2nd Sunday after Epiphany (A): What is it That You Need?
By: The Rev. Marshall A. Jolly
Is this déjà vu all over again?
Last week, churches celebrated the Baptism of Our Lord as narrated by Matthew, and this week, we hear it again—except this time, it’s narrated by John.
The contrasts between John and the synoptic gospels of Matthew, Mark, and Luke are so well-known by most preachers that they hardly bear repeating here—except to say this: I have come to believe that John’s gospel doesn’t simply happen to be different from Matthew, Mark, and Luke; rather, it is my conviction that John is intentionally different from the other three. Moreover, it is from these differences that the Spirit can speak an important word to us.
Notice, for example, that in John’s gospel, John doesn’t actually baptize anyone. Rather, he reports what he has seen. The Spirit descends upon Jesus, and John shares with others what he sees.
Then, the very next day, John is again gathered with a few of his disciples when Jesus passes by. Immediately, the Gospel says, John shouts, “Look, here is the Lamb of God!”
When the two disciples hear this, they follow Jesus. And then Jesus turns to them and he doesn’t say, “Welcome aboard!” he says, “What are you looking for?”
In other words, “What are you hoping to find in following me? What is it that you need?”
That’s a remarkably simple question, isn’t it? “What is it that you need?”
And yet, how often do we create space for it to be asked authentically and discerned faithfully?
Several years ago, my Diocesan Convention hosted a series of workshops—one of which was on the topic of Millennials (translation: people born roughly between 1980 and 2000) and the Church. Given that I’m one of a handful of professionally religious Millennials in my Diocese, I signed up.
When I arrived for the workshop, we were asked to self-identify by generation: baby boomers, Gen Xers, the Greatest Generation, Millennials, and so on. Here’s how it panned out: Number of people attending the workshop born before 1980: 57. Number of people born in 1980 or after: 3—including myself. For the next hour, my two fellow millennials (both of whom were also church leaders) and I listened as the 57 other people in the room asked and answered the question of “what do millennials need” without ever actually asking the three millennials in the room.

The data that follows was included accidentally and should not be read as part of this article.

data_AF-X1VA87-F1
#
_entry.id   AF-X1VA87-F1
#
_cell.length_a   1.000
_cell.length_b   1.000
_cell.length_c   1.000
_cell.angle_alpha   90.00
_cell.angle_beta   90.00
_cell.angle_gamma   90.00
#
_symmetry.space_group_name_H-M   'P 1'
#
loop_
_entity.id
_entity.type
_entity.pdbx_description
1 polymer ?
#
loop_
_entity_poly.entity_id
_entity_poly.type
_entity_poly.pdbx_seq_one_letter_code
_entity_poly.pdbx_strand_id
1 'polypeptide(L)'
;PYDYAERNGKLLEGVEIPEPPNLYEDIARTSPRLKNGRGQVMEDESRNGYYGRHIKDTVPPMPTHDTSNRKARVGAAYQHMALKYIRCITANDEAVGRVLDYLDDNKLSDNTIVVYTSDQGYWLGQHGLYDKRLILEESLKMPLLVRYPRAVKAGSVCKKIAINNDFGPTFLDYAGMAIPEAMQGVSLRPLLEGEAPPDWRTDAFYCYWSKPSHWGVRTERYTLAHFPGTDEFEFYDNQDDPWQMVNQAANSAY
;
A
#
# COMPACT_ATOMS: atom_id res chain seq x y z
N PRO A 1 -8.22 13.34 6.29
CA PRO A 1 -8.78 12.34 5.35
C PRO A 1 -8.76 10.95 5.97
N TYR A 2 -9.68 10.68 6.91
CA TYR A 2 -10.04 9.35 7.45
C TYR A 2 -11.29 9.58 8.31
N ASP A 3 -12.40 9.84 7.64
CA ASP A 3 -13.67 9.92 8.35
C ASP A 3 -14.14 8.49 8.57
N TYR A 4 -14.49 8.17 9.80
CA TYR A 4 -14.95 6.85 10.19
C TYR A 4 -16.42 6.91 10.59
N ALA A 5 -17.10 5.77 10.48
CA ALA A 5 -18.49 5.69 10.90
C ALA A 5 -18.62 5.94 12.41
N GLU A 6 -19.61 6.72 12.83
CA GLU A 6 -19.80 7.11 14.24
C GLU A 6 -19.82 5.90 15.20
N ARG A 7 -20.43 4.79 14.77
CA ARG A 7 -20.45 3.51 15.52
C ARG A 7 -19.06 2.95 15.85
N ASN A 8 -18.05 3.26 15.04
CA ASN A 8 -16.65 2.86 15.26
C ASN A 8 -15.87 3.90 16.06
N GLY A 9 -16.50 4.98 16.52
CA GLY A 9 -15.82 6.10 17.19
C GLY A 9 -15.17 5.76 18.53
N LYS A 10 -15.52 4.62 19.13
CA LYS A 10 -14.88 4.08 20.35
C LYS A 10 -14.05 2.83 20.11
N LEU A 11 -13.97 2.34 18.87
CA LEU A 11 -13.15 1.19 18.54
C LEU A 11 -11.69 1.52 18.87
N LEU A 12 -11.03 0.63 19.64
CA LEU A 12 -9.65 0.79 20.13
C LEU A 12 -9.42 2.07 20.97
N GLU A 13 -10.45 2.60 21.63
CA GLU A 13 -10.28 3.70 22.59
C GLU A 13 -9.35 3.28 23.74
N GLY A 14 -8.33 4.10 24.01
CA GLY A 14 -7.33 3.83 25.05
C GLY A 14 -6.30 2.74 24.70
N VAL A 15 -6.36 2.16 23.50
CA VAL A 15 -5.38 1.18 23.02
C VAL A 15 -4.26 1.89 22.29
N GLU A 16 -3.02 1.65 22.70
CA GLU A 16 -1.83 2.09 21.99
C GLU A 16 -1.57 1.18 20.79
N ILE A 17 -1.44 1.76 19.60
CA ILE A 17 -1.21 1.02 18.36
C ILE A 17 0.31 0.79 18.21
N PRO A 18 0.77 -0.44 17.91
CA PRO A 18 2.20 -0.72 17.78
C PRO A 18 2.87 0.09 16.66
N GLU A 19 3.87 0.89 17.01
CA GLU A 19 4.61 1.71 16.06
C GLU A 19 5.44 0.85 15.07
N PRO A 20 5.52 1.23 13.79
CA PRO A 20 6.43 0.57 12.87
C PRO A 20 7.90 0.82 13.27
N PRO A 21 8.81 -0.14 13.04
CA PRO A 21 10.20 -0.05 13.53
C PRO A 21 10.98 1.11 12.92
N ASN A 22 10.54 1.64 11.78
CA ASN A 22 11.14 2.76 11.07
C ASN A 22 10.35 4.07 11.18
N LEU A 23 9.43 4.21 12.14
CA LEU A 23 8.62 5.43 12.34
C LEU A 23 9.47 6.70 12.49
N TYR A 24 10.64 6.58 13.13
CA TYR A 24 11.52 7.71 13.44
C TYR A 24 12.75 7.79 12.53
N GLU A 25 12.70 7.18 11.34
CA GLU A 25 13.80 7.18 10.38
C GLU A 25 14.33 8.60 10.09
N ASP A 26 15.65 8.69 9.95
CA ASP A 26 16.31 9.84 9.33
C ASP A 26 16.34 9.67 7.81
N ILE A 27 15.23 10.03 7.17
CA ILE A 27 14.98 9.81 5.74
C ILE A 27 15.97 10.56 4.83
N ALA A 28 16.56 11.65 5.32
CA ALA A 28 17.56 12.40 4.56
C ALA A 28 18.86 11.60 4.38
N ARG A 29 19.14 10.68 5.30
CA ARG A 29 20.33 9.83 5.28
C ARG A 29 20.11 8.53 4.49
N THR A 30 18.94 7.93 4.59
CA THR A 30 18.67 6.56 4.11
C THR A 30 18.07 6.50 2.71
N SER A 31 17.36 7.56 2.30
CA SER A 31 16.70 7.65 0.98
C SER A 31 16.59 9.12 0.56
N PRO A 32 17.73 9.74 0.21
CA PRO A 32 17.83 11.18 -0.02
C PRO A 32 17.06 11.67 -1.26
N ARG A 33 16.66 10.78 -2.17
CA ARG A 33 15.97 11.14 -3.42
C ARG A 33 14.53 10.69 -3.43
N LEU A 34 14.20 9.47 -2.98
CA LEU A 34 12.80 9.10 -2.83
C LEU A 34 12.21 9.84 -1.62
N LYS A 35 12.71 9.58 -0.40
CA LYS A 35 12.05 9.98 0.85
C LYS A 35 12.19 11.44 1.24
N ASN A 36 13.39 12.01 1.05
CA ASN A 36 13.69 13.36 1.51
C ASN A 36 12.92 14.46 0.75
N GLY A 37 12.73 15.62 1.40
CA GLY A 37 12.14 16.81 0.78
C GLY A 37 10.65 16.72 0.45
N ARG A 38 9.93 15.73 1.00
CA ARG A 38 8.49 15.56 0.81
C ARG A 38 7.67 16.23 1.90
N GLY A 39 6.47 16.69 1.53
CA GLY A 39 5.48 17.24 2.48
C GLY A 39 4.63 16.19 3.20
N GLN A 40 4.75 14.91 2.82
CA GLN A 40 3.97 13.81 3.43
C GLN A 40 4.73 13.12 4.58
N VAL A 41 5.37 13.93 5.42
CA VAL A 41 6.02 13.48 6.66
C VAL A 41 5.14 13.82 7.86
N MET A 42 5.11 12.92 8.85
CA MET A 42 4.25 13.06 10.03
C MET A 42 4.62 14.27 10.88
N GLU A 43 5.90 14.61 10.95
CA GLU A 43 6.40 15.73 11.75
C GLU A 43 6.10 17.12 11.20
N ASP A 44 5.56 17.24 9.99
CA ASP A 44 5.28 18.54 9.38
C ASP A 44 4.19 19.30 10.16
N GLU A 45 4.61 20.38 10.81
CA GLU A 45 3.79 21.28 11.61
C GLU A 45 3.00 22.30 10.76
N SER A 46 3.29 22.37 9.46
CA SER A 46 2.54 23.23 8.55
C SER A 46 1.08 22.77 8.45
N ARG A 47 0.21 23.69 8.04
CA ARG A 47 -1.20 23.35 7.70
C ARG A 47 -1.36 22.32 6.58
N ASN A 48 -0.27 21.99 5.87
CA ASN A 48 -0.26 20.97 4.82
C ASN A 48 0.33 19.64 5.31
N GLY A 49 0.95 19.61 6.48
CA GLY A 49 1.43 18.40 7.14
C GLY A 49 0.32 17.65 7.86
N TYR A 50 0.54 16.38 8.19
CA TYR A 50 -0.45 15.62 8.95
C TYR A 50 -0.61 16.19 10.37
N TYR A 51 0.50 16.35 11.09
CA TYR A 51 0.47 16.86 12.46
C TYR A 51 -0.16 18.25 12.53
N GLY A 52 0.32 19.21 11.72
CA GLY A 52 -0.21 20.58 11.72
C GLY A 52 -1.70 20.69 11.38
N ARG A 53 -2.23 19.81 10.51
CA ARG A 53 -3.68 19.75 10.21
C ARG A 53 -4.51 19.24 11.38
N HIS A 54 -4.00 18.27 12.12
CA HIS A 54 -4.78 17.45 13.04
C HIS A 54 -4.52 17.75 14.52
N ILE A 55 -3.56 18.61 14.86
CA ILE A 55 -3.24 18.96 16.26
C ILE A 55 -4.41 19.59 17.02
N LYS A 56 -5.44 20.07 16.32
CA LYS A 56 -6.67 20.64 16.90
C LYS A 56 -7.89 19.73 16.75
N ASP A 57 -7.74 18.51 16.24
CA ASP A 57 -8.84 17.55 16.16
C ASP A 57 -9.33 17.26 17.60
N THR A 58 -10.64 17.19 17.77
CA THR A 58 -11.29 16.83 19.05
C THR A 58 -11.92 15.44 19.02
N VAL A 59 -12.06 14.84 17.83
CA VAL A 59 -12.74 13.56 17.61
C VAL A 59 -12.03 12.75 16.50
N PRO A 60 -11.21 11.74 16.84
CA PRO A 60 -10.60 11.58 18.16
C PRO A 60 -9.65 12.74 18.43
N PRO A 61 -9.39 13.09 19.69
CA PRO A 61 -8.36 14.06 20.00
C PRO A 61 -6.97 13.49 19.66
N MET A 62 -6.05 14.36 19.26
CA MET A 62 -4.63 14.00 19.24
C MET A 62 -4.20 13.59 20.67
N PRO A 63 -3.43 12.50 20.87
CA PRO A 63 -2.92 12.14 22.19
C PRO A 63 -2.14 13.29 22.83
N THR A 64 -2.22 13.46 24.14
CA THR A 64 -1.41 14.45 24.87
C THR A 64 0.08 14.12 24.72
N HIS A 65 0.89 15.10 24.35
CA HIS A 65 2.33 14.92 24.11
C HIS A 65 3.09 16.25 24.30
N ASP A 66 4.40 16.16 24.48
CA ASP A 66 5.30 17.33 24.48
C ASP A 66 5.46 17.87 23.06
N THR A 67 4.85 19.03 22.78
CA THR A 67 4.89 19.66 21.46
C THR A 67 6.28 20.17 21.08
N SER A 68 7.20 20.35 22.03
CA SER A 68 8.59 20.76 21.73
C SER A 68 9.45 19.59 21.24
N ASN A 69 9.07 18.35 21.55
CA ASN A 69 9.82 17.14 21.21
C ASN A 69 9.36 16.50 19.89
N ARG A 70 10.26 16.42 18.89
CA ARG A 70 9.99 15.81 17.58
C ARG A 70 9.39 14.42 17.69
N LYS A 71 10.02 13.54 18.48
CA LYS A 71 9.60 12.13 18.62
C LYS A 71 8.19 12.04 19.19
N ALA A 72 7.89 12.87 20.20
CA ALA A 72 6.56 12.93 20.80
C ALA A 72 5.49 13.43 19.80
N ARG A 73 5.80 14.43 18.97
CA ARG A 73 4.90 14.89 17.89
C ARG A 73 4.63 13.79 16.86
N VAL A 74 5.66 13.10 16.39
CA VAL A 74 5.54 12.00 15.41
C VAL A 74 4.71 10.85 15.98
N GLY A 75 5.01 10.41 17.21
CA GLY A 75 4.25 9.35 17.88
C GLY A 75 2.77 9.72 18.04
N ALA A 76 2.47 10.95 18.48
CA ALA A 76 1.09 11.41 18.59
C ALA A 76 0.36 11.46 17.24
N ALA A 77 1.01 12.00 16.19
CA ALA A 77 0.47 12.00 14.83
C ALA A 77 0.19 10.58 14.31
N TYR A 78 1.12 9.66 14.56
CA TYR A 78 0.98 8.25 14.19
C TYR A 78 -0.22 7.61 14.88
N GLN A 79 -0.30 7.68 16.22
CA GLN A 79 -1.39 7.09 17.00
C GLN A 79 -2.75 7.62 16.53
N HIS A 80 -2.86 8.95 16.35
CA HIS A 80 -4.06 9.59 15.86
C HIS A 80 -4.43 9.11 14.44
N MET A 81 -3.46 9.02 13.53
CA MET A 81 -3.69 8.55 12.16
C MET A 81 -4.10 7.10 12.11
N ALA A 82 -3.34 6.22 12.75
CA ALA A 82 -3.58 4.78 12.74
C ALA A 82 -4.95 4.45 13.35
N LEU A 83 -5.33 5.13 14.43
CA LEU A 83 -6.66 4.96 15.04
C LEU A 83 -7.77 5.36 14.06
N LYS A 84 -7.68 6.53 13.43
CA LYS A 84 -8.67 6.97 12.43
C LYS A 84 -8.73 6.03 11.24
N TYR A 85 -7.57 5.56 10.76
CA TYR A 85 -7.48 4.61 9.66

Now, don’t get me wrong, this was an earnest and well-intentioned conversation. But it followed an all-too-familiar pattern: “I know what you need.”
Jesus, however, shows us a different way: “What is it that you need?”
If you want to know what young people need, ask young people, and then listen for them to answer.
If you want to know how to support and uplift young families, ask young families what they need from their church family, and then listen for them to answer. Note well, however, that the answer you receive may not be comfortable or easy to hear. Don’t ask the question if you can’t tolerate the answer. Madeleine L’Engle was on to something when she observed, “The truth I have to tell may not be the truth you’re ready to hear.”
Even when we struggle to name or understand or articulate our faith; even when we opt for cheap substitutes we think we can buy or earn; even when we struggle to share our faith with others; even when we wonder if we believe anything at all, there stands Jesus, arms outstretched, still asking what it is that we most deeply need; still inviting us to come and see; and still determined to love us more than we can possibly imagine!
Who knew it could be that simple?
The Rev. Marshall A. Jolly is the 26th rector of Grace Episcopal Church in Morganton, North Carolina. He is a graduate of Transylvania University (BA, American Studies) and Emory University’s Candler School of Theology (MDiv & Certificate in Anglican Studies), where he is currently completing a doctorate in Biblical interpretation and proclamation. In his elusive moments of spare time, he enjoys running, reading, and cooking–though not at the same time! He is also the editor of ModernMetanoia.org.